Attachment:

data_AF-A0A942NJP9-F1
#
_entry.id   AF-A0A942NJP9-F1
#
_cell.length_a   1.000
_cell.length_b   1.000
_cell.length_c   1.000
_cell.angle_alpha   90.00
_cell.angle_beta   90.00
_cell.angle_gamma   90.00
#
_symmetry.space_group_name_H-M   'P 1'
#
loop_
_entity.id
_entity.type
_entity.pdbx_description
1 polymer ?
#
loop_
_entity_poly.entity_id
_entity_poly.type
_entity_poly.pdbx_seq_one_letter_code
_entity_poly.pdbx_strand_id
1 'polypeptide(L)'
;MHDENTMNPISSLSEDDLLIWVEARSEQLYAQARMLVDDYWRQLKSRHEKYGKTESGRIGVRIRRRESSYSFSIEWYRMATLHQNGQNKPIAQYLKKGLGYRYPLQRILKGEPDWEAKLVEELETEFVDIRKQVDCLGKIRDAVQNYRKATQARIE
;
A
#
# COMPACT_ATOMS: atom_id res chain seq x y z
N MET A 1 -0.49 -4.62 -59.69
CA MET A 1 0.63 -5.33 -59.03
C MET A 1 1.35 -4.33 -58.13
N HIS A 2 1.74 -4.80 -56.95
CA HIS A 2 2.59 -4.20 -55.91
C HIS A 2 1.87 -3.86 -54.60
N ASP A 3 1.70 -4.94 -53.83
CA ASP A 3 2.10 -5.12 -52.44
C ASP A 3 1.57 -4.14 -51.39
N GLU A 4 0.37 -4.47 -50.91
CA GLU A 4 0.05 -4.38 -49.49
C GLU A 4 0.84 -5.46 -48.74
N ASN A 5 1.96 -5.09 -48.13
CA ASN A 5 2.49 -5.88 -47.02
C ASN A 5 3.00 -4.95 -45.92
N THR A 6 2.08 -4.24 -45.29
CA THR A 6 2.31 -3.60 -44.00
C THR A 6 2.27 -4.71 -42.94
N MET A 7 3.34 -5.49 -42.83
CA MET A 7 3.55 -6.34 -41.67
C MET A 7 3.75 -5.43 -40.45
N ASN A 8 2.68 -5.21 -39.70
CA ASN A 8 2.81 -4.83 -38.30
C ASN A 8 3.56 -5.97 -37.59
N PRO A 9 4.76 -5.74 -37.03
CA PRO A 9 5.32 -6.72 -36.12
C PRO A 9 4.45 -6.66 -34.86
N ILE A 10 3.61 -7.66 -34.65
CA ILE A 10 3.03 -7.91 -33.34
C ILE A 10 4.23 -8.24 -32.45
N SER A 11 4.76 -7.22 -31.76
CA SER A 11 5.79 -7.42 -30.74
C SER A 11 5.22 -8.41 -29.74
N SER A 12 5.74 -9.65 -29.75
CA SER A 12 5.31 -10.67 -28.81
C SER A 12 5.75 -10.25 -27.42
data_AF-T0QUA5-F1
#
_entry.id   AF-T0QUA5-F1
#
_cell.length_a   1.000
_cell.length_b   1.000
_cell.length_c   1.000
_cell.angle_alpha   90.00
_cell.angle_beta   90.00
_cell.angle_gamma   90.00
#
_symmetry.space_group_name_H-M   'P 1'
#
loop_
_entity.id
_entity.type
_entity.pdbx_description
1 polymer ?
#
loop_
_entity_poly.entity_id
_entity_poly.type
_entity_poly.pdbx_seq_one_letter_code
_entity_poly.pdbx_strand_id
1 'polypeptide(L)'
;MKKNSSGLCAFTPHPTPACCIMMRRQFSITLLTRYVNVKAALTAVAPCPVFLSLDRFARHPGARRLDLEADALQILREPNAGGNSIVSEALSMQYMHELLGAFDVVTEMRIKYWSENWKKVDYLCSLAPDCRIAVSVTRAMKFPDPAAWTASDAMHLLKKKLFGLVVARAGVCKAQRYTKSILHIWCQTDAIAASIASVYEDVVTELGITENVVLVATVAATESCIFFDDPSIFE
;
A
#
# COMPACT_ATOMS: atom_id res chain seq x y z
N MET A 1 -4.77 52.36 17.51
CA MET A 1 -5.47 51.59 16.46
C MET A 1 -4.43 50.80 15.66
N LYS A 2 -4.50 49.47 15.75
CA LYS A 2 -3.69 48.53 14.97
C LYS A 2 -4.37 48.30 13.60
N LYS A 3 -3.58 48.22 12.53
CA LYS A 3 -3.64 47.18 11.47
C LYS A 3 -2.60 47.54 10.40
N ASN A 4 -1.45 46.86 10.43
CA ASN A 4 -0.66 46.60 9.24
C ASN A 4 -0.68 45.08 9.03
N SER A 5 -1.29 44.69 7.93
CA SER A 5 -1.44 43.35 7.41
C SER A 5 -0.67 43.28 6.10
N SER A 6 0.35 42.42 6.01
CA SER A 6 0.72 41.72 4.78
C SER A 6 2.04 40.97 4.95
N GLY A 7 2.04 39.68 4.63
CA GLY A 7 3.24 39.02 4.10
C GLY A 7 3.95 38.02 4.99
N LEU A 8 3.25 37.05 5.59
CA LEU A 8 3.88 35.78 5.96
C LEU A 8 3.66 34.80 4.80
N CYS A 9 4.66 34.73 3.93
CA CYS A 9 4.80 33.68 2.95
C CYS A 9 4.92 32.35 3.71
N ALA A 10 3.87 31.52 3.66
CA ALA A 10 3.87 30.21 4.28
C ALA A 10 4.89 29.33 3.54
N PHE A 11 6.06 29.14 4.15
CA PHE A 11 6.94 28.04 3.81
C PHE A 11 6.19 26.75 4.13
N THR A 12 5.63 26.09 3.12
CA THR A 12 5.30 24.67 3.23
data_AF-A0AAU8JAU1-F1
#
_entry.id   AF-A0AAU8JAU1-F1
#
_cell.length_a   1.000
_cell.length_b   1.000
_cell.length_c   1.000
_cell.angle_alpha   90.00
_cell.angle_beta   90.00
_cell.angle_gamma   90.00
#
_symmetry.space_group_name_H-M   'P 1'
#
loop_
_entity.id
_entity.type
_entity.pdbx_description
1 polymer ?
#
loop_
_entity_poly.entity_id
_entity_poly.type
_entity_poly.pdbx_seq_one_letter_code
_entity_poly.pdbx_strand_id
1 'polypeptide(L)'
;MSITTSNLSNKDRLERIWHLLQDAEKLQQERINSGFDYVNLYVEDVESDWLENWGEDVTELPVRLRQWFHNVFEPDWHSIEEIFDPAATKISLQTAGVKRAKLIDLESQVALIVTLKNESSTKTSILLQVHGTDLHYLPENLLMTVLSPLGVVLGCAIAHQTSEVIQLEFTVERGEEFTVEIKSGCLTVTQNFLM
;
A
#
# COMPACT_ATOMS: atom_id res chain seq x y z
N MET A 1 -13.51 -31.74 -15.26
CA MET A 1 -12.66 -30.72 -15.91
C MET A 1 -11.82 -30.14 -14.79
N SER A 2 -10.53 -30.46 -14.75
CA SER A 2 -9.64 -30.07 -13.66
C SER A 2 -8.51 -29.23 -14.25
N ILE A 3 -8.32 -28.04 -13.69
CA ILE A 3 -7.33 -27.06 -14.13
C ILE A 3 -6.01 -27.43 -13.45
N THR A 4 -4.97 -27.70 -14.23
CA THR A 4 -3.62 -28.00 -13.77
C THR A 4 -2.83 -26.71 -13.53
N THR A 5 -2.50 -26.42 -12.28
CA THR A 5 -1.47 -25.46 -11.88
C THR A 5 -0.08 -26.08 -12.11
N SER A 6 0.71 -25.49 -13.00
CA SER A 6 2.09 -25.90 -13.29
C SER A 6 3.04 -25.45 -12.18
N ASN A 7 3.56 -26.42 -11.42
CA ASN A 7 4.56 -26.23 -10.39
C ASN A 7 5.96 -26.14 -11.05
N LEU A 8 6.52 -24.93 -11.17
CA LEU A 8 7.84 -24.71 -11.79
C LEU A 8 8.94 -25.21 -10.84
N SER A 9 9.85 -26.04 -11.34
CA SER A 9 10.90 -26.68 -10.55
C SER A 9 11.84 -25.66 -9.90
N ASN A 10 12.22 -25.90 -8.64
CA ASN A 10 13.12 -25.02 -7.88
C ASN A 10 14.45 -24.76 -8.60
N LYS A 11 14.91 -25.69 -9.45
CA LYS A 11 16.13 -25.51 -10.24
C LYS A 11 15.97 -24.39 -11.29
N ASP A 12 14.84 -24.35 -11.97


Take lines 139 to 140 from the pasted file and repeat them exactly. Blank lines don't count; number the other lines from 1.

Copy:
_cell.angle_alpha   90.00
_cell.angle_beta   90.00